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High Court Appeal Against ‘Lenient Sentence’ Refused

HMA v John Barbour

Mr John Barbour was sentenced to four years imprisonment after being found guilty of historical child sex offences on three charges.

These offences were found to be committed when he was a teenager. After an unsuccessful appeal to the High Court for the Crown, after they complained of a very lenient sentence, the accused sentence was upheld. The appeal Court accepted that this 4 year sentence was at the lower end of what was an accepted sentence but could not state that it was “unduly lenient”.

The Trial judge took in to account the fact that Mr Barbour was a teenager when these offences occurred, being only 13 on one of the charges and these offences occurred over 30 years ago. The Trial judges relied on the reasoning from Greig v HM Advocate 2013, that although the respondent had to be sentenced as an adult, that sentence had to take into account his age and relative immaturity, at the time of the offences.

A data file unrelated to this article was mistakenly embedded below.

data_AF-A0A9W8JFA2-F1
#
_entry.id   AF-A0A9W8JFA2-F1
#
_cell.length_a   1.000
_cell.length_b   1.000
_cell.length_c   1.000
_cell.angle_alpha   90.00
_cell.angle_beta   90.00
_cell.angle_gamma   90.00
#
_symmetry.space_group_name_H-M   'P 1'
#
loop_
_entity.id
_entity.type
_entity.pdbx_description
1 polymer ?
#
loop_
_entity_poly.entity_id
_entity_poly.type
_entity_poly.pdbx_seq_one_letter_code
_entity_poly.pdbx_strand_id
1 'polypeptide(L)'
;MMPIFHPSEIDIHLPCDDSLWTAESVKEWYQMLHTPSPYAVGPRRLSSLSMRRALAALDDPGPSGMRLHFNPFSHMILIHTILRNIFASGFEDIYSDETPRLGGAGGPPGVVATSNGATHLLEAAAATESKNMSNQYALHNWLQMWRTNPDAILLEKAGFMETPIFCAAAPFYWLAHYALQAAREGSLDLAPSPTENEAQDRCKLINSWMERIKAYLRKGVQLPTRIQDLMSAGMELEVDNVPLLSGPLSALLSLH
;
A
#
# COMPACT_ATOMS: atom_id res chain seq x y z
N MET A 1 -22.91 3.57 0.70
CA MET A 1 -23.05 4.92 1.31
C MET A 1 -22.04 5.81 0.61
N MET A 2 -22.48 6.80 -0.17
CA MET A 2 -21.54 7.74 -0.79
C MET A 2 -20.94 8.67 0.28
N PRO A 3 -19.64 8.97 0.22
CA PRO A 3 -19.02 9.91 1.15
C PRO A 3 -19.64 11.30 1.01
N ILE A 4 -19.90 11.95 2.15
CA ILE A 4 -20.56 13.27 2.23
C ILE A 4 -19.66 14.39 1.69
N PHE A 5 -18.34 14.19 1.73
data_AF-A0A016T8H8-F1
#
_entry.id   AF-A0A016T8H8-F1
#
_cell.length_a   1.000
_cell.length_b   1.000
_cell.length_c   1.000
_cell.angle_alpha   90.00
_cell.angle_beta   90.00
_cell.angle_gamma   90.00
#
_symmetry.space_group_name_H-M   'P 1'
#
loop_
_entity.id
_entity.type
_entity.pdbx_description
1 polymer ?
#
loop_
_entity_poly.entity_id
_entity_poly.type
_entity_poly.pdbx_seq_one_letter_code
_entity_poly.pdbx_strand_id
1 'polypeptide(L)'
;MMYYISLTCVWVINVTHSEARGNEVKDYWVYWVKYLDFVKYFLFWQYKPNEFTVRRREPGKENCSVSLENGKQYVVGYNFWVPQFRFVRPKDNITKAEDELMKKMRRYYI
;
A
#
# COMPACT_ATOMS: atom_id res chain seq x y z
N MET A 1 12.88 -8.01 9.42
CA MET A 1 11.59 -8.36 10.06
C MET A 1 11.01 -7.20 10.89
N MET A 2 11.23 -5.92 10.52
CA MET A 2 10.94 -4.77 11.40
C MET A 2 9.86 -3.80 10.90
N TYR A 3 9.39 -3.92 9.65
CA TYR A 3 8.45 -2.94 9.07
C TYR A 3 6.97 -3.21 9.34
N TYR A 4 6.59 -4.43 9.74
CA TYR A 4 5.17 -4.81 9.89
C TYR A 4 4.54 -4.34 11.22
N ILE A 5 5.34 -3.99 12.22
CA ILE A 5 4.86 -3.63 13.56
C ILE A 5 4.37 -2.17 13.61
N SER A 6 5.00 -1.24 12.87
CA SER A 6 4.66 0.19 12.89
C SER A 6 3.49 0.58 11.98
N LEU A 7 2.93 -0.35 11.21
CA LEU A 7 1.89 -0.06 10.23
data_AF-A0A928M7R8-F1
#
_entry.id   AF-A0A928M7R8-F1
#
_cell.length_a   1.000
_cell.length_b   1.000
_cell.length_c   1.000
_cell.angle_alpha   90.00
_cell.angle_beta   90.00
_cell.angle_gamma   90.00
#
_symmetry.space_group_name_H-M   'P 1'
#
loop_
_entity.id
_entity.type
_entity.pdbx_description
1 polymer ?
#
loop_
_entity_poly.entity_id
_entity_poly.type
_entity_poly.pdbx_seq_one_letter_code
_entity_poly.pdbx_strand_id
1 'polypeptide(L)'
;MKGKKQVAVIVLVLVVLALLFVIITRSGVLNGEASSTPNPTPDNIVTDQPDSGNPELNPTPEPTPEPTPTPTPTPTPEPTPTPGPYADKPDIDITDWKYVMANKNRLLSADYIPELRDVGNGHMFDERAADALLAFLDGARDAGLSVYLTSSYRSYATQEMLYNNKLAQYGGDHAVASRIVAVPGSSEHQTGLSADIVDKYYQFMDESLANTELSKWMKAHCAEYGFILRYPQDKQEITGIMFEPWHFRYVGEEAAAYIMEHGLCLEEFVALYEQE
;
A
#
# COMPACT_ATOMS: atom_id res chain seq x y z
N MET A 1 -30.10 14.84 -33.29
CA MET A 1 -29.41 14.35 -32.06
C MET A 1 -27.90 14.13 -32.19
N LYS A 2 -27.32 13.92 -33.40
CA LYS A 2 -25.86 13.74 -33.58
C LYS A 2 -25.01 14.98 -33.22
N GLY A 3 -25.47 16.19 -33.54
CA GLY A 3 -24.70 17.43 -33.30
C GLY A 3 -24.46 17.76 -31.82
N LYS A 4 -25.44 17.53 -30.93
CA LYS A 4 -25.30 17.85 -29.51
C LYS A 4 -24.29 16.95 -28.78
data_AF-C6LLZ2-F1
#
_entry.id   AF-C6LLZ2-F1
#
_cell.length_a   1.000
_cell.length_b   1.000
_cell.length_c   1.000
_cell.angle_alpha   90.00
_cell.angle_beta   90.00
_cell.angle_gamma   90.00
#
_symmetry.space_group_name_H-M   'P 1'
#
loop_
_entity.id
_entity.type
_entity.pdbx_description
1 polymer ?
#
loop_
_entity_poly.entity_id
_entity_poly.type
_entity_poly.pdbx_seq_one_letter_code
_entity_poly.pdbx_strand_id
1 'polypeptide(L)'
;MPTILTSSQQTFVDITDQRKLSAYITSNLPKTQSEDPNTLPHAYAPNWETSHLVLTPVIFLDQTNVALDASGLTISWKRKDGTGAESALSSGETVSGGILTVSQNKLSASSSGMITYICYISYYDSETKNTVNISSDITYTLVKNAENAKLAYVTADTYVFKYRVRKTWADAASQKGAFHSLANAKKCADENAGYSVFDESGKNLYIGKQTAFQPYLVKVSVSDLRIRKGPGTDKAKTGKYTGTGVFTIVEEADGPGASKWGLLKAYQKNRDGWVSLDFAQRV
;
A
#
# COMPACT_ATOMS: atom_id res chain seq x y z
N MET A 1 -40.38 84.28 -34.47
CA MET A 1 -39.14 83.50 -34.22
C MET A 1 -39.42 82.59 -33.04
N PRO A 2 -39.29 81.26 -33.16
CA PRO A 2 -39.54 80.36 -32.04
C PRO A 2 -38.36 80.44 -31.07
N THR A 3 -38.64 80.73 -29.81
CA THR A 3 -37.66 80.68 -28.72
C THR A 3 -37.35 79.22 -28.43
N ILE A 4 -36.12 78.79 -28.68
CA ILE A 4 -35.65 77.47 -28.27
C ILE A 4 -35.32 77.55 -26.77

The respondent was a family man who was married for 25 years and had grown up children. He had also worked in the same role for almost 30 years. The Criminal Justice Social Work report stated that he was not High Risk to the public and he had no previous convictions prior to his.

However, the Crown argued that the “abhorrent and seriousness nature of the crimes” committed against young girls had to be given more weight. In refusing the Crowns appeal, Lord Justice General said: “The test to be applied by this court, before it can interfere with a sentence of a trial judge is, of course, not just that the sentence was lenient, but that it was unduly so in the sense that it fell below the range of sentences normally regarded as appropriate for offences of the relevant kind. The court is not satisfied that this test has been met”

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